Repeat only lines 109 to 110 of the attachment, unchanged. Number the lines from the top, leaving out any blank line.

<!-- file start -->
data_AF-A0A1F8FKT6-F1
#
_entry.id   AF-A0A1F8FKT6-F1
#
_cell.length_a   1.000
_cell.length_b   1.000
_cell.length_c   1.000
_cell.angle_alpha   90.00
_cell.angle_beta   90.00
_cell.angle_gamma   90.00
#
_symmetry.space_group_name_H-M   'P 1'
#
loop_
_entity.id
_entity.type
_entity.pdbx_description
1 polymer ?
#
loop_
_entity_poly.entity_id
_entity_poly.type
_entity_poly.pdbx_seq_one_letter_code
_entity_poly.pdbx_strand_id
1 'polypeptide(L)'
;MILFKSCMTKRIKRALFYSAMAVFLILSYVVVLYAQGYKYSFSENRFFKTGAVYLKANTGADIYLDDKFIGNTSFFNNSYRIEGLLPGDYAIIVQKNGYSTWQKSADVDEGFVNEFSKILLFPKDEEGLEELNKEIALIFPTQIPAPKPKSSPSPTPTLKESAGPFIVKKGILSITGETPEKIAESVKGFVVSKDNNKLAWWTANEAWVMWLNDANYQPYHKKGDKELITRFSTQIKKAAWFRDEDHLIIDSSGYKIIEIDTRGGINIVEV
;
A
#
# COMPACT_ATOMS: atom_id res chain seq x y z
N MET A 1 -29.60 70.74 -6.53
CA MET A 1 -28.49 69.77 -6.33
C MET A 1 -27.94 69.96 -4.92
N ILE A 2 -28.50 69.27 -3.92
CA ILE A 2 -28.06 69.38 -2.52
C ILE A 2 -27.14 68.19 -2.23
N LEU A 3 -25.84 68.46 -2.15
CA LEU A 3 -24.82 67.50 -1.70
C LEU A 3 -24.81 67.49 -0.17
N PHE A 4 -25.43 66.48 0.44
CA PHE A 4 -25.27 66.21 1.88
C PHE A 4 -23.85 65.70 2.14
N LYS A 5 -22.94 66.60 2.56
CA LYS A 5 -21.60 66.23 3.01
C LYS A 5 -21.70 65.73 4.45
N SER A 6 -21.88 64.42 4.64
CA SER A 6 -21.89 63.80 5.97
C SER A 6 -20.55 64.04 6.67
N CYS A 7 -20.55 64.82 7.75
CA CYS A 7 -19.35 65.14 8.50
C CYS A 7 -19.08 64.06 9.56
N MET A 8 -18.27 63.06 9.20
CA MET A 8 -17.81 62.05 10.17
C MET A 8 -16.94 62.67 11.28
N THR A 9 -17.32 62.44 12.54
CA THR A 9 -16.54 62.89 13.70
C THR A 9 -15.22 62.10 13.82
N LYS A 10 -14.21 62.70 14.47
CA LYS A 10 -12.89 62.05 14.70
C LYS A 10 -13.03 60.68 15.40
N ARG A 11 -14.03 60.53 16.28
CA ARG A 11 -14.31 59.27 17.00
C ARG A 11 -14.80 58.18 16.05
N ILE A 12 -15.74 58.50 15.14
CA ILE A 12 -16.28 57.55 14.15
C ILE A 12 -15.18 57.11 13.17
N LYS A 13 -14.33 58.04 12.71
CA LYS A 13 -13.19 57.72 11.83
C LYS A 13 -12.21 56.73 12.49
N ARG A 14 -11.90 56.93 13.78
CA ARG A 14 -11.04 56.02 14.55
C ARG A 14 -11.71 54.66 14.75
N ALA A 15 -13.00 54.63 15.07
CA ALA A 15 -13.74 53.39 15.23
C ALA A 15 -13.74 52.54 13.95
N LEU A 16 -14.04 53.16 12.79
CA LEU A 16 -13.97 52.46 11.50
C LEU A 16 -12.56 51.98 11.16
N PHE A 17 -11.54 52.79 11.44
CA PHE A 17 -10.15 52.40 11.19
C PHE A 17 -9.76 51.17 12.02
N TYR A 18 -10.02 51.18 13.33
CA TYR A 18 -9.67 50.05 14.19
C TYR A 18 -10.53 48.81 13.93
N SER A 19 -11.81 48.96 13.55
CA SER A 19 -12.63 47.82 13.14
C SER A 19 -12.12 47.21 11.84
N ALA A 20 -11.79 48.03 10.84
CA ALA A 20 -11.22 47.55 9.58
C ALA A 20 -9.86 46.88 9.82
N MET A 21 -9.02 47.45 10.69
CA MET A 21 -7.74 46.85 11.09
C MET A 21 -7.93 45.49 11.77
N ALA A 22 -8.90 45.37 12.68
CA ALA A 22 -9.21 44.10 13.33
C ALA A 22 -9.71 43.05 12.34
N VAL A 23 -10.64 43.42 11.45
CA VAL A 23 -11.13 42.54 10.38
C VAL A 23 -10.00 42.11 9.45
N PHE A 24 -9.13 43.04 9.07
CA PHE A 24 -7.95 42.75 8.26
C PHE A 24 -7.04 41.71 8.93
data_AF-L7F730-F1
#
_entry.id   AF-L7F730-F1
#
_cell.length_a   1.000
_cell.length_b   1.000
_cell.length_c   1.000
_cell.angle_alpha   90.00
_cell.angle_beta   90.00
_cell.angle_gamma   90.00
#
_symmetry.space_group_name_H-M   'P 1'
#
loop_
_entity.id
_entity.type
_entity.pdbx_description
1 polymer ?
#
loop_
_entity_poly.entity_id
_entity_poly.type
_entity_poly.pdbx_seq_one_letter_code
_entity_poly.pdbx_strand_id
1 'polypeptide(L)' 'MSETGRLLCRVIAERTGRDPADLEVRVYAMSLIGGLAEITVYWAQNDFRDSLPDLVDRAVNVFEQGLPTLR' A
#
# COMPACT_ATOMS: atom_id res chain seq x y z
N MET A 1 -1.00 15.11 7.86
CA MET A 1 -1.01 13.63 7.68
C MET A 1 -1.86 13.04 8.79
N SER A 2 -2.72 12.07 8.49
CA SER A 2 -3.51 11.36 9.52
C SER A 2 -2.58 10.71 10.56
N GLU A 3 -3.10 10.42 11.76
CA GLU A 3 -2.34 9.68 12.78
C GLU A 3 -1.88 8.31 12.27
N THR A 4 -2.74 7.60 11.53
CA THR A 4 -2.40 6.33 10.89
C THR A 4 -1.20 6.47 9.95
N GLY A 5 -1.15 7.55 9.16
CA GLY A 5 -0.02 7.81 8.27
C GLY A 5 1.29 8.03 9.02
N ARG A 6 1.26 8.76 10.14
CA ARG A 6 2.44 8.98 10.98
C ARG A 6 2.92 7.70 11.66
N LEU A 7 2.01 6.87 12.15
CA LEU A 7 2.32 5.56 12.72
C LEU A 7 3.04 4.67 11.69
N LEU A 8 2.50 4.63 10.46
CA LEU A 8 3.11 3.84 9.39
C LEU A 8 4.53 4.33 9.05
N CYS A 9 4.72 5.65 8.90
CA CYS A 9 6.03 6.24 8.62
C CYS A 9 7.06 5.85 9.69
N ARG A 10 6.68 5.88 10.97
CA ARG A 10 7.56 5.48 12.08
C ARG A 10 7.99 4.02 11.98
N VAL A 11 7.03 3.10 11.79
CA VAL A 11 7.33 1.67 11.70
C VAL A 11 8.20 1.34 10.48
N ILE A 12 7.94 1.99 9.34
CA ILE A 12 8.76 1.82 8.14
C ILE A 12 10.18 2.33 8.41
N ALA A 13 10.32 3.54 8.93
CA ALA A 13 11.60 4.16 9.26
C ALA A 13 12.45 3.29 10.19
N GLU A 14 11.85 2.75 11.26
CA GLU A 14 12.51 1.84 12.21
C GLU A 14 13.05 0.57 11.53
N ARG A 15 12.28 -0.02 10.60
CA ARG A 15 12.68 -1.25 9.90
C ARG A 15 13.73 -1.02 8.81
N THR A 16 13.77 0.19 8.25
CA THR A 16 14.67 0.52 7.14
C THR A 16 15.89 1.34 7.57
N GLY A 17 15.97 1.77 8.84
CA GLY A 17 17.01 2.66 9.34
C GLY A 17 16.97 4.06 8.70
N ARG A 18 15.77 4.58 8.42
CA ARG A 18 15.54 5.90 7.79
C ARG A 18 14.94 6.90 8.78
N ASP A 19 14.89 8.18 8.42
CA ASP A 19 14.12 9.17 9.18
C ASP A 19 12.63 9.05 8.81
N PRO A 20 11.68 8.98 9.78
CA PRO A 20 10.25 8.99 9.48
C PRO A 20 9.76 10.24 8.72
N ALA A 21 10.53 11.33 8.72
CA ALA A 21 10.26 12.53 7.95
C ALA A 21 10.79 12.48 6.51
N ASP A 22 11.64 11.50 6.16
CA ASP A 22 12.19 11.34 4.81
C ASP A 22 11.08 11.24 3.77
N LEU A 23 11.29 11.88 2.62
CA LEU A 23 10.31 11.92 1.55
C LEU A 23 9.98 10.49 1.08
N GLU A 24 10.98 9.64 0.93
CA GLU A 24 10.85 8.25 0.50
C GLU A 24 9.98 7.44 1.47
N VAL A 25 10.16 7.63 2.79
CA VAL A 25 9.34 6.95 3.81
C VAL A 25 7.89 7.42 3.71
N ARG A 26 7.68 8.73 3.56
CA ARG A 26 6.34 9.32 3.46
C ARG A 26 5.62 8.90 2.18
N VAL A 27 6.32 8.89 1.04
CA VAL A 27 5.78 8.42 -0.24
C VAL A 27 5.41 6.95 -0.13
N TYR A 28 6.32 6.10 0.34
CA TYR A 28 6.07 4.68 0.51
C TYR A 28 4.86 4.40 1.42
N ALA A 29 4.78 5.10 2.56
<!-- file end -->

_cell.length_c   1.000
_cell.angle_alpha   90.00